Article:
Hot Detox: The Cleansing Benefits of Sauna


Saunas are a great place to relax and unwind, but did you know one of the hottest benefits of sauna bathing is that it speeds up your body’s natural detox process?

According to Lawrence Wilson, M.D., author of Sauna Therapy for Detoxification and Healing, the heat of a sauna performs a similar function to that of a fever. By temporarily raising body temperature, the sauna may help cleanse the body of invasive bacteria, viruses and toxins. A number of scientific studies prove that more toxic chemicals (including phthalates and BPA) are released through sweat than through blood or urine.

Not all sweat promotes detoxification, however. While sweating through exercise is great, the blood flow to vital organs is lowered. Wilson says sauna increases heart rate and blood flow to the organs, promoting the excretion of toxins from those organs and out through the skin via sweat.

Sauna 101

Saunas have been used for centuries all over the world, and in some countries, like Finland, almost every home has one. Besides detoxification, long-term sauna use has been associated with some pretty great health benefits, including stress relief, lower risk of heart attack, dementia and Alzheimer’s, and increased longevity.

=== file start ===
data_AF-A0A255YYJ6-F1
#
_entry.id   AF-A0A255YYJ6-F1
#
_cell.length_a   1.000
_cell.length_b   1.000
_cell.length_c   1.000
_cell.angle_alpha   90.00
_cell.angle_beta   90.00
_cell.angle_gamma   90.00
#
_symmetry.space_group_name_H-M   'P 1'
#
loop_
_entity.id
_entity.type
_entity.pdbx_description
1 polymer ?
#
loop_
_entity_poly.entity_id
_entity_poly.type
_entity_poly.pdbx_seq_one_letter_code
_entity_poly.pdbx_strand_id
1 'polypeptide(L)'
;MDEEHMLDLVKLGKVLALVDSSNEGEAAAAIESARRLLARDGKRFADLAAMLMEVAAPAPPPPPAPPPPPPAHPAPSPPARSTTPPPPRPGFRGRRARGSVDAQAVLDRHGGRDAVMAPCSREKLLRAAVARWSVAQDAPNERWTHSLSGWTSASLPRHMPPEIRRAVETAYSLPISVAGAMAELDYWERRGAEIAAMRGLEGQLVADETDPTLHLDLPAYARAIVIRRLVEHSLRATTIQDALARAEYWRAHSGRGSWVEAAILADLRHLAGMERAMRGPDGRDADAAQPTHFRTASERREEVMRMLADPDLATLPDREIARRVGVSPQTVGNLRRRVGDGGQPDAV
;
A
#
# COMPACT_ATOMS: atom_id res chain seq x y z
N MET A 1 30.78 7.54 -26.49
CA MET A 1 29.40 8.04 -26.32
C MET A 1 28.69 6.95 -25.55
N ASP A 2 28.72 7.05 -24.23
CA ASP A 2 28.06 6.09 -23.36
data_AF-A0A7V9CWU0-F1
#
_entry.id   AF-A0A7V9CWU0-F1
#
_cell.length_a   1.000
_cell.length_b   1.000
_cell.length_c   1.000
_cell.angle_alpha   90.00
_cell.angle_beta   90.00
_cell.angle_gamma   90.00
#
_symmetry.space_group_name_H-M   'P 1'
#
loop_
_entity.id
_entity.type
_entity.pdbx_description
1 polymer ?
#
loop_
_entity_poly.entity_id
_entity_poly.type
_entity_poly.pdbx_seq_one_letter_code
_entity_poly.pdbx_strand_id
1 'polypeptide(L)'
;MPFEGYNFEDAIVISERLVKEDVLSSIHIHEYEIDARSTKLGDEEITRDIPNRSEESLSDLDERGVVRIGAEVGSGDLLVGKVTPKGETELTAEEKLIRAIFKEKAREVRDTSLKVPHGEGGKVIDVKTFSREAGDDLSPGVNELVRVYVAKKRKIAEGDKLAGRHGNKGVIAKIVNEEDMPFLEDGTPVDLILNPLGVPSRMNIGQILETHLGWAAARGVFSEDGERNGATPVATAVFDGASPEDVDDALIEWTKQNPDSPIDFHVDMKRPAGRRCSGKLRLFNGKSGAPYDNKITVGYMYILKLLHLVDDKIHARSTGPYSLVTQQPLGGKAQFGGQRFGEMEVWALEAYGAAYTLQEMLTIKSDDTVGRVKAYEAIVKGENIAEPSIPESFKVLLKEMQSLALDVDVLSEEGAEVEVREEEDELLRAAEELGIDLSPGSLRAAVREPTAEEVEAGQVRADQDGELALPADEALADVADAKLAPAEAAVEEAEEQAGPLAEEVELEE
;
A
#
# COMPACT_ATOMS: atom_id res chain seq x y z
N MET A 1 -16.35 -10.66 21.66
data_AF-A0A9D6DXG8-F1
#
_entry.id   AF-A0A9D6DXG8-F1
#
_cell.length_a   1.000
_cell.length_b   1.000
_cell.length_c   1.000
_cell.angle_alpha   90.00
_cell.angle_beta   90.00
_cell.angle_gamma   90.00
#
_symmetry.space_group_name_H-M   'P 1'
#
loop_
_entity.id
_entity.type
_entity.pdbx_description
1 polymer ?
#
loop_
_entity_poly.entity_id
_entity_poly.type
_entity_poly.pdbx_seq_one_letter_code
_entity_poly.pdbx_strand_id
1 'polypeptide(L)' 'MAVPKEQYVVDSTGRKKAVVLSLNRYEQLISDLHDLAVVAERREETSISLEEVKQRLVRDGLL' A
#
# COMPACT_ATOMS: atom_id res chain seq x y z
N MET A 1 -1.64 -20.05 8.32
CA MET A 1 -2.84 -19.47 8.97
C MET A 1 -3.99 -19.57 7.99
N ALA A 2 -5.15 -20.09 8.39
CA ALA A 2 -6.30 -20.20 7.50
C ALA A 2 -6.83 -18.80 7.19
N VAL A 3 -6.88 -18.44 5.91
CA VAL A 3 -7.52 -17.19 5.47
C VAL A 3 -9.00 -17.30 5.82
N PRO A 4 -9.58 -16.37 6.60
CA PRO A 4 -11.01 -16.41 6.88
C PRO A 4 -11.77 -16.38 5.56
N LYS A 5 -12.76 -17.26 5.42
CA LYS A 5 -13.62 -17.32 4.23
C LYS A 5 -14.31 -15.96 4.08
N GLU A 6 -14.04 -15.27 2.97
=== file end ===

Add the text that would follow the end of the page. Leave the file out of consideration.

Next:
Traditional Sauna

When most of us think sauna, we picture a wooden box with hot rocks heated by electricity or wood-burning heat. This traditional sauna tests most people’s heat endurance with temperatures up to 200 degrees F. These saunas can also be wet, by introducing steam through generators or by pouring water onto the hot rocks. Steam rooms offer similar benefits to saunas, but the temperatures are lower (110–114 degrees F), and the humidity produced by generators is 100 percent, requiring the rooms to be made of tile and other rustproof material. Most experts recommend building up your heat tolerance at first by staying just a few minutes and then cooling off with a shower before going back in again, not exceeding 10 minutes.

Infrared Sauna

Infrared saunas are a good option for those with an intolerance to high heat. The infrared heater produces radiant energy, which is the same as the heat from the sun, only without the harmful ultraviolet rays. This type of sauna heats the body from the inside out instead of heating the air, so the room temperatures are lower and sessions can last longer, up to 45 minutes.

Replenish Your Minerals

Whichever sauna you land in, don’t forget your post-sauna electrolytes. Sweating results in vital mineral loss, so it’s important to replenish. Just ¼ teaspoon of Natural Calm Magnesium along with ½ teaspoon of maple syrup in 16 ounces of water will do the trick.


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